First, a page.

So I wonder what it has been like for Mike to be so debilitated, alone except for some weekly visits, in a dumpy and dirty living environment? I understand that he had his Bibles brought to him and pictures taped to the wall next to his bed. His fiancé Lisa says that he was trying to do his exercises on his own as best as he could. Without being able to get up and bear weight on his left arm or leg, however, the benefits of exercise would be limited. The risk for complications has been elevated with some realized as ongoing pain and weakening instead of continued progress. He was too debilitated to return home from St. Johns Hospital without 24-hour physical assistance and considerable accessibility modifications. Hopefully he will be more mobile and independent when it’s time to leave Marwood and go home. In the meantime he has had a lot of time to think about many things. I hope he reached out to the Lord, the person of Jesus Christ, in his time of need. I hope he will find some purpose, some meaning for this desolate oasis of time.
Most communication between us has been cut off since Mike arrived at St. Francis due to the sorry state of their phone system. (No surprise that the place is rated one out of five stars.) After getting through to talk to him on his first day there, the facility phone was always busy when I called. Twice I happened to call when his fiancé Lisa was visiting so I could hear his voice for a few moments. The last time there were so many loud voices and screaming in the background that the words were tough to hear. I can picture the scene in that place very easily. I worked in all types of care centers from the inner city to private pay life care communities as an occupational therapist. Many times I completed those wheelchair screening assessments and crawled around dirty, stuffed storage rooms and sheds until I could find a wheelchair with matching parts for a new resident. Oh well. When you don’t have insurance you get what you get. I guess that Mike was actually fortunate to not be dumped in a homeless shelter. At least there were security fences around the building and a guard at the front door. The boarded up homes across the street were intimidating to fiancé and cousin Lisa yet they visited anyways. I sure wish I could have gone to see him too. I miss my brother.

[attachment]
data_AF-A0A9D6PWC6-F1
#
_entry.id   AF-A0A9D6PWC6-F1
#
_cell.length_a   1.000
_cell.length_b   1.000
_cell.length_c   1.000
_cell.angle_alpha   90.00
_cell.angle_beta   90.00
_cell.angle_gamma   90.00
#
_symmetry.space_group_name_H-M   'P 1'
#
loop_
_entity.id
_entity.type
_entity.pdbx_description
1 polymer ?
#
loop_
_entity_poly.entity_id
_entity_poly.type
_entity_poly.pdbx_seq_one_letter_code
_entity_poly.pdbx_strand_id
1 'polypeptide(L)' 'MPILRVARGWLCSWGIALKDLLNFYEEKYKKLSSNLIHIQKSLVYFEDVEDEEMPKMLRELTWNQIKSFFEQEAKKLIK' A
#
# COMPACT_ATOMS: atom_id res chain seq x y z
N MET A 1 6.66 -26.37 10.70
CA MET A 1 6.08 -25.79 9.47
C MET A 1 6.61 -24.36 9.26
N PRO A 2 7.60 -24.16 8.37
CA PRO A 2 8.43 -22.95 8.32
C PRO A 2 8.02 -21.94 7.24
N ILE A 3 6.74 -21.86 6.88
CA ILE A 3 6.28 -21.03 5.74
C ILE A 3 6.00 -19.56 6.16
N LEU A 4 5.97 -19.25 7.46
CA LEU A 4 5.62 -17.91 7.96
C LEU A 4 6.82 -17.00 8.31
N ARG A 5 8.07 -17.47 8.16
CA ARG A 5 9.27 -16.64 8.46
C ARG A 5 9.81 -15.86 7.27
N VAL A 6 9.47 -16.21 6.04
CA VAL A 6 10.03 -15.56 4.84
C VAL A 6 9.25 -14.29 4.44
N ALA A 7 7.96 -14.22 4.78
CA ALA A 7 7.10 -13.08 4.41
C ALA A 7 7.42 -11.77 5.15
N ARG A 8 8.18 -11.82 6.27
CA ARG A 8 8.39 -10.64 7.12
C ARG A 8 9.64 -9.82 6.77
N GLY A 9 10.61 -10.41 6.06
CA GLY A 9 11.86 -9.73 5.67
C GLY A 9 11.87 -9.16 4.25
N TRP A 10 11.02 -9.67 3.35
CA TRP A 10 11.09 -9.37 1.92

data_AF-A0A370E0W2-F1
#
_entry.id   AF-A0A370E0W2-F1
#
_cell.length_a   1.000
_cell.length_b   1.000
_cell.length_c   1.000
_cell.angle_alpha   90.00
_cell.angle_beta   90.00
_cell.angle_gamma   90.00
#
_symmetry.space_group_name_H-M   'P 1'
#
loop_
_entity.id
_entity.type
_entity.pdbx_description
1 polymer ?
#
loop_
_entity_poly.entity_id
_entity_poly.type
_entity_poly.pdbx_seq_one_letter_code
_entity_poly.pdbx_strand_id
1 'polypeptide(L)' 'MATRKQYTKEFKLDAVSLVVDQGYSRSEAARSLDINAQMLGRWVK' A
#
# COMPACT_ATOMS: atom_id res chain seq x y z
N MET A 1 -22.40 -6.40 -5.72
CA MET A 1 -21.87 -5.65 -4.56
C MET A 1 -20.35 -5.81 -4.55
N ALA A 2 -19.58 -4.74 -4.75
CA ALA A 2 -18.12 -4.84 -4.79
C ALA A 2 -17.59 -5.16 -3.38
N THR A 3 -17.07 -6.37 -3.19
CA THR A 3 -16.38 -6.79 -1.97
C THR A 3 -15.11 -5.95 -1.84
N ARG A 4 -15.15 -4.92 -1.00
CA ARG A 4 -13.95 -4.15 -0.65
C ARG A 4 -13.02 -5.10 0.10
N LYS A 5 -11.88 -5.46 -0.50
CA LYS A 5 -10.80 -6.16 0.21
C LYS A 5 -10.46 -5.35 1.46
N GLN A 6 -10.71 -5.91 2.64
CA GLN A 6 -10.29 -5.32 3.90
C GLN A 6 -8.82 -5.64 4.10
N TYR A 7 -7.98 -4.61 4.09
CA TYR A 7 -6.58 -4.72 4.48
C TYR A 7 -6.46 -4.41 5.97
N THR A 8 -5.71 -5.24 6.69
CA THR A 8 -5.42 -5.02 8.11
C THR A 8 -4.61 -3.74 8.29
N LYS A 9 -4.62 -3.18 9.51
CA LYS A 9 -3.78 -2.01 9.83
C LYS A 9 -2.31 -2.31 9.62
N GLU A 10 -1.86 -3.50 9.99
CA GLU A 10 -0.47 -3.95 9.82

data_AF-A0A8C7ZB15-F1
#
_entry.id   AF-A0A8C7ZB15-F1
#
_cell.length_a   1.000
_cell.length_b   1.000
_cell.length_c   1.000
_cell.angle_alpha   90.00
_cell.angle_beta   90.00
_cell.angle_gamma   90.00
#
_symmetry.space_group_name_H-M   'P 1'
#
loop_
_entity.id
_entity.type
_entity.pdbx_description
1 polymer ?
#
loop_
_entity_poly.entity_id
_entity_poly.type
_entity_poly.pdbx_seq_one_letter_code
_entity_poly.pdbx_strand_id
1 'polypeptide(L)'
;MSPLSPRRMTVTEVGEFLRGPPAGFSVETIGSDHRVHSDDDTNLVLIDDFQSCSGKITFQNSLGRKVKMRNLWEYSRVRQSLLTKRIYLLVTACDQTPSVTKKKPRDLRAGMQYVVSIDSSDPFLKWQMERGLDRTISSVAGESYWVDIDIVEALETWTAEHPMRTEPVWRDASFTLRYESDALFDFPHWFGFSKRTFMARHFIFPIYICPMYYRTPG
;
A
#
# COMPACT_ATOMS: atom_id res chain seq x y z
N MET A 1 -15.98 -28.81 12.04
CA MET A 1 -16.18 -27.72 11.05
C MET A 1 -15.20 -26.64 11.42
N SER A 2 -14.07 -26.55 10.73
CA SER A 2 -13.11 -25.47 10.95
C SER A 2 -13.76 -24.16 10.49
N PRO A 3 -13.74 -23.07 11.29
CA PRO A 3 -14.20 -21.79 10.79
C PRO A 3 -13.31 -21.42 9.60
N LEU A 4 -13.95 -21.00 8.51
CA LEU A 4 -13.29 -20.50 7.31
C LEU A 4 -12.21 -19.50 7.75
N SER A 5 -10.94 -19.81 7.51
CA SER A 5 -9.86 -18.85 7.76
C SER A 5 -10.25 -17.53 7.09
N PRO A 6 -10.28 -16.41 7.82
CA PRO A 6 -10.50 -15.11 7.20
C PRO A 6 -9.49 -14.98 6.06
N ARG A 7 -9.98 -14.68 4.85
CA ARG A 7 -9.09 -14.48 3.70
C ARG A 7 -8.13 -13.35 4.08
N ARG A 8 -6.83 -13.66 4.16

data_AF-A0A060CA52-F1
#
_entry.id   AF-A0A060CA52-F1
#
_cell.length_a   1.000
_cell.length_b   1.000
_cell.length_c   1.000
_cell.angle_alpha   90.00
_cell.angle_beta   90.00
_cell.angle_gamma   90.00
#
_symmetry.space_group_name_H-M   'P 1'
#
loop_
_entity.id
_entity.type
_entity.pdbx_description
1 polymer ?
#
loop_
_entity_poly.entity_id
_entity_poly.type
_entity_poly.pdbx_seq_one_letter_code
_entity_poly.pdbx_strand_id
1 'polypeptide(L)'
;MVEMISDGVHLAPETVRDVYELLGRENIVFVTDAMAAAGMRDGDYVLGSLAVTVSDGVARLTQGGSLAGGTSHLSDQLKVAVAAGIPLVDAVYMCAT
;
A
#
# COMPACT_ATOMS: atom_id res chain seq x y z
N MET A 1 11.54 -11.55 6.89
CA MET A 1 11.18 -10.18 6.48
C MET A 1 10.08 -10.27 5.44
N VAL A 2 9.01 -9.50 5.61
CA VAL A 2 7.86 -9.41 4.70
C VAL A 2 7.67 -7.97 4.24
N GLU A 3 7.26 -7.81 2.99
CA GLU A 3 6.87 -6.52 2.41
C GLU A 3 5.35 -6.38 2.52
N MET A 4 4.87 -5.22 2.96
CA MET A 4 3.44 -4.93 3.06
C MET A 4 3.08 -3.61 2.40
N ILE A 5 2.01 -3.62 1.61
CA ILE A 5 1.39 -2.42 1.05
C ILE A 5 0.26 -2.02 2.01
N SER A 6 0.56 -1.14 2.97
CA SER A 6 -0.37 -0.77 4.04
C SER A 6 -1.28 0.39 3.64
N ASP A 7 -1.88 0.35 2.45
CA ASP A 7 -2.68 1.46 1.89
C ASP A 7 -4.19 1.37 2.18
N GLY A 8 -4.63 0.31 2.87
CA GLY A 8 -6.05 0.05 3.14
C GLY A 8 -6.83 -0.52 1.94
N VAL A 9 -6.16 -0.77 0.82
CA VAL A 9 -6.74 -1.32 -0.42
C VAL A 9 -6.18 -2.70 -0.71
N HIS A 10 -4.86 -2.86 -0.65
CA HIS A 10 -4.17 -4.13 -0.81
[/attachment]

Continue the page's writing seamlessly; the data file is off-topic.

I look forward to seeing Mike and holding him for a long time when I do. There is much sadness for all that he has lost. There is also much anticipation for all that the Lord has in store for him and his fiancé Lisa too. I believe that the Lord has His hand on him in that Mike’s life was spared. Just under half of all persons who experience a cerebral vascular accident don’t survive. Mike’s cognitive abilities and ability to communicate have been spared. His ability to swallow foods from a regular diet was quickly restored. In my clinical experience these rarely happen in a person with severe left hemiplegia. We are all hopeful that his ability to function will improve over time as well. The rule of thumb is that the most rapid recovery occurs within the first 3-6 months post stroke. He is six weeks out from his onset date of April 13th and continues to feel new sensations in his affected arm and leg. And now his next phase of rehabilitation is about to begin bringing new hope for more return of function. This time I’ll bet at least a quarter that Mike will be very motivated for physical, occupational, and speech therapy! That will be very good to see indeed.
Until then, please join me in praying for Mike and his fiancé Lisa. Lisa has a teenage son, Alex, who loves Mike and hasn’t seen him since April. There’s a golden retriever named Garfield who misses him too. The new place is closer to their home so I hope all of them will get together sometime soon; even dogs are allowed to visit at Marwood! Oh I am grateful for such blessings. Yes, there is good news this day with the promise of even more to come. Thank you Jesus for your enduring grace and mercy. Go before us, strengthen our faith, bring healing to our dear Michael for your glory Lord. In Jesus’ name. Amen.